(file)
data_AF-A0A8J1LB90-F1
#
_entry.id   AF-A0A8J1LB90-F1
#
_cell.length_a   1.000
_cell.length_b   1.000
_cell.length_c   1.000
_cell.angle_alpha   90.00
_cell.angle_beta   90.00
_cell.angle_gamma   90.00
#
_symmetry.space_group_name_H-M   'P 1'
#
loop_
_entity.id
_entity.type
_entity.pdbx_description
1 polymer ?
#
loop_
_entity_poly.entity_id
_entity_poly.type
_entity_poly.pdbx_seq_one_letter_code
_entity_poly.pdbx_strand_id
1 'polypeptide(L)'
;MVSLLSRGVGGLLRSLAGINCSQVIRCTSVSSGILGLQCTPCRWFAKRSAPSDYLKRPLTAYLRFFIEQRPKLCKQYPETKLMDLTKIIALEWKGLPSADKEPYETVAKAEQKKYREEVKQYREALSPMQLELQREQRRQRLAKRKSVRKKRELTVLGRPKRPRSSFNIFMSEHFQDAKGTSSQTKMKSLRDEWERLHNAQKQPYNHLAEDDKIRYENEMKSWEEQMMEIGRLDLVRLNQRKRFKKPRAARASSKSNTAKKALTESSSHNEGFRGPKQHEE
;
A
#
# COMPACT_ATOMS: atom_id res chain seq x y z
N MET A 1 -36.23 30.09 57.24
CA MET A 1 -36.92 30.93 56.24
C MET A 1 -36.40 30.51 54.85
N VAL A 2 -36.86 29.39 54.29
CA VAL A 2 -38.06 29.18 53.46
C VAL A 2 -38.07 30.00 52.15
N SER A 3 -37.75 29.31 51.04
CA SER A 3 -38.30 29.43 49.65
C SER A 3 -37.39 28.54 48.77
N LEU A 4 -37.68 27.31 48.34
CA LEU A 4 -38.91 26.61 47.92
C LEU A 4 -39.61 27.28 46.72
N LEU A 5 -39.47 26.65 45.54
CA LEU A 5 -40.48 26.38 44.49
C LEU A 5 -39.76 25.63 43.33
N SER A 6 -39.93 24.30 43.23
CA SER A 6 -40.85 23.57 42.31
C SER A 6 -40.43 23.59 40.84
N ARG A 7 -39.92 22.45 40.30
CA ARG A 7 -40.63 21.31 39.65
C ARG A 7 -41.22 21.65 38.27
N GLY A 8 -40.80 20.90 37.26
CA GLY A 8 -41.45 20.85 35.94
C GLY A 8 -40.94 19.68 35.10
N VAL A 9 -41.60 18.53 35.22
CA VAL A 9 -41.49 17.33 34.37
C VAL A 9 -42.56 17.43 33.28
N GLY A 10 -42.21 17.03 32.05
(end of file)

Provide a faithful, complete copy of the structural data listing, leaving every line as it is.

data_AF-A0A8J1LB90-F1
#
_entry.id   AF-A0A8J1LB90-F1
#
_cell.length_a   1.000
_cell.length_b   1.000
_cell.length_c   1.000
_cell.angle_alpha   90.00
_cell.angle_beta   90.00
_cell.angle_gamma   90.00
#
_symmetry.space_group_name_H-M   'P 1'
#
loop_
_entity.id
_entity.type
_entity.pdbx_description
1 polymer ?
#
loop_
_entity_poly.entity_id
_entity_poly.type
_entity_poly.pdbx_seq_one_letter_code
_entity_poly.pdbx_strand_id
1 'polypeptide(L)'
;MVSLLSRGVGGLLRSLAGINCSQVIRCTSVSSGILGLQCTPCRWFAKRSAPSDYLKRPLTAYLRFFIEQRPKLCKQYPETKLMDLTKIIALEWKGLPSADKEPYETVAKAEQKKYREEVKQYREALSPMQLELQREQRRQRLAKRKSVRKKRELTVLGRPKRPRSSFNIFMSEHFQDAKGTSSQTKMKSLRDEWERLHNAQKQPYNHLAEDDKIRYENEMKSWEEQMMEIGRLDLVRLNQRKRFKKPRAARASSKSNTAKKALTESSSHNEGFRGPKQHEE
;
A
#
# COMPACT_ATOMS: atom_id res chain seq x y z
N MET A 1 -36.23 30.09 57.24
CA MET A 1 -36.92 30.93 56.24
C MET A 1 -36.40 30.51 54.85
N VAL A 2 -36.86 29.39 54.29
CA VAL A 2 -38.06 29.18 53.46
C VAL A 2 -38.07 30.00 52.15
N SER A 3 -37.75 29.31 51.04
CA SER A 3 -38.30 29.43 49.65
C SER A 3 -37.39 28.54 48.77
N LEU A 4 -37.68 27.31 48.34
CA LEU A 4 -38.91 26.61 47.92
C LEU A 4 -39.61 27.28 46.72
N LEU A 5 -39.47 26.65 45.54
CA LEU A 5 -40.48 26.38 44.49
C LEU A 5 -39.76 25.63 43.33
N SER A 6 -39.93 24.30 43.23
CA SER A 6 -40.85 23.57 42.31
C SER A 6 -40.43 23.59 40.84
N ARG A 7 -39.92 22.45 40.30
CA ARG A 7 -40.63 21.31 39.65
C ARG A 7 -41.22 21.65 38.27
N GLY A 8 -40.80 20.90 37.26
CA GLY A 8 -41.45 20.85 35.94
C GLY A 8 -40.94 19.68 35.10
N VAL A 9 -41.60 18.53 35.22
CA VAL A 9 -41.49 17.33 34.37
C VAL A 9 -42.56 17.43 33.28
N GLY A 10 -42.21 17.03 32.05